My comments (below in italics) aren't all that interesting, but I wanted to keep a hold of it anyway. Plus, Jimmy's posts on DRM Blog rock. I love his mind and the way it immediately finds the axis of a problem, the hinge in a business plan.
DRM Blog was clear that the average Hollywood movie costs $63 million to create. However, intellectual property, copyrights, and DRM in general, has been *accused* of have a zero costs of production.
Regardless, the average pharmaceutical far outreaches the average movie in costs of development. Even if the costs were the same, why are the two industries treated so differently by the same man, Orin Hatch, and by Congress in general?
The argument that pharmaceuticals must be kept more open to generic makes because of their greater benefit to mankind is one reason. However, with the FDA's system of approval that takes sometimes two decades to get approval, the amount of time that a company gets protection on its enormous investment is quickly constrained.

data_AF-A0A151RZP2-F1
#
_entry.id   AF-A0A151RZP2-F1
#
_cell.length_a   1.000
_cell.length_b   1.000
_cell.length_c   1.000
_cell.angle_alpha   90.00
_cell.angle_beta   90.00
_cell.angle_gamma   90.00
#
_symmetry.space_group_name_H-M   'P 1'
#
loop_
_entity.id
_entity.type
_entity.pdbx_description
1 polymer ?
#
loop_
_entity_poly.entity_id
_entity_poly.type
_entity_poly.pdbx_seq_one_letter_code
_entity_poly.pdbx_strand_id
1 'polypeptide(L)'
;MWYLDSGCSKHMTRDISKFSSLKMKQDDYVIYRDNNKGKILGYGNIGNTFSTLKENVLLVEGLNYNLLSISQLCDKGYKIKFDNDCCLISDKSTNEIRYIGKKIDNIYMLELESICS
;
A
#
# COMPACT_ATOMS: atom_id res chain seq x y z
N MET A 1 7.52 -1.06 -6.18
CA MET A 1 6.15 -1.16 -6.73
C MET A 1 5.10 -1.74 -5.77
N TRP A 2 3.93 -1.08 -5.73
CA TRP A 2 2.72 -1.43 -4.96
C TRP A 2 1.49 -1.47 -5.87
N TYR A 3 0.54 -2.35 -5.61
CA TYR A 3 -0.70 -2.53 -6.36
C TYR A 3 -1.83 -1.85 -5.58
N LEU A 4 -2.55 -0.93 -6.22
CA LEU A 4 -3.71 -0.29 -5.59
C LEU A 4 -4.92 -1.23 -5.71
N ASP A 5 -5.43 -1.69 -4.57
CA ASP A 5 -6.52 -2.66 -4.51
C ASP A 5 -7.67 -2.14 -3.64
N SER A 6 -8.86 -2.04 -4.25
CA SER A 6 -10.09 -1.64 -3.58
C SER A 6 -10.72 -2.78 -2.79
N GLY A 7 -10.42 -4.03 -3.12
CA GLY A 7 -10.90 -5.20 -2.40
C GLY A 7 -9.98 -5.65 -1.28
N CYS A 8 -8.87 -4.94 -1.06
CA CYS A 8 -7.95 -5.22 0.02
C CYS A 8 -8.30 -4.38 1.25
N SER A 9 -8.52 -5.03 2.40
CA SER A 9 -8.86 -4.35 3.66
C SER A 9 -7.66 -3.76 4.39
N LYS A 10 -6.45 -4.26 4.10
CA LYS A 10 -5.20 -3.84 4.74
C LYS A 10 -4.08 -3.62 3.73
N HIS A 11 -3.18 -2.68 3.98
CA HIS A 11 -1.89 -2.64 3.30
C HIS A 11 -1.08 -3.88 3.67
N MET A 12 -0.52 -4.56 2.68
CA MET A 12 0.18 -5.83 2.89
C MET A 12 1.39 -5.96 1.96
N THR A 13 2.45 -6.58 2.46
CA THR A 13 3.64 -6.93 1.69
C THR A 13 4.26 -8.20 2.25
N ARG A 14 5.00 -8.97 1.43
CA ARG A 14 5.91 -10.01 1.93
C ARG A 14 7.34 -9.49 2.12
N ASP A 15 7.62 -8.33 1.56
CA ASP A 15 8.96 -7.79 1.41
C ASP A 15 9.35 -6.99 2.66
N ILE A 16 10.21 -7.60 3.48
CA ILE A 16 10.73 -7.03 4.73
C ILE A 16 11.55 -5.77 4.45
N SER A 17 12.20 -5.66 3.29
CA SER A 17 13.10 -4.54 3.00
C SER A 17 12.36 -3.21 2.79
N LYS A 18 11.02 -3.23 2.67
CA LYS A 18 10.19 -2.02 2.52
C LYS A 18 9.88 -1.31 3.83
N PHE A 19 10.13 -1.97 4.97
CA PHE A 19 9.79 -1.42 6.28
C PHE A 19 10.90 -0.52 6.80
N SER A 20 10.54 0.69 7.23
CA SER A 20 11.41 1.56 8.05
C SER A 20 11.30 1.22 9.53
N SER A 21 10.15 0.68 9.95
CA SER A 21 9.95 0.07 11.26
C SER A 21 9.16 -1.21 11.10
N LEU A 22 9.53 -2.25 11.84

People don't want to pay $150 for a single pill, nor do they want to pay $20 to rebuy all their old titles simply because it's out on a new media, like the windfall profits that music conglomerates made when people switched from tape to CD. People also don't want to have to pay another $20 if their CD breaks because it's against the law to make a personal back-up copy. These aren't production costs that need to be recouped by the companies. It's just extra profit icing that drives people away from legitimately paying for something.
Every person, every company wants to get paid for what they've worked and created. But when a company continually bleeds its customers of their money through collusion, bloated price setting, and no legal way to protect their purchases, it goes beyond getting paid for a product. It's call price-gouging.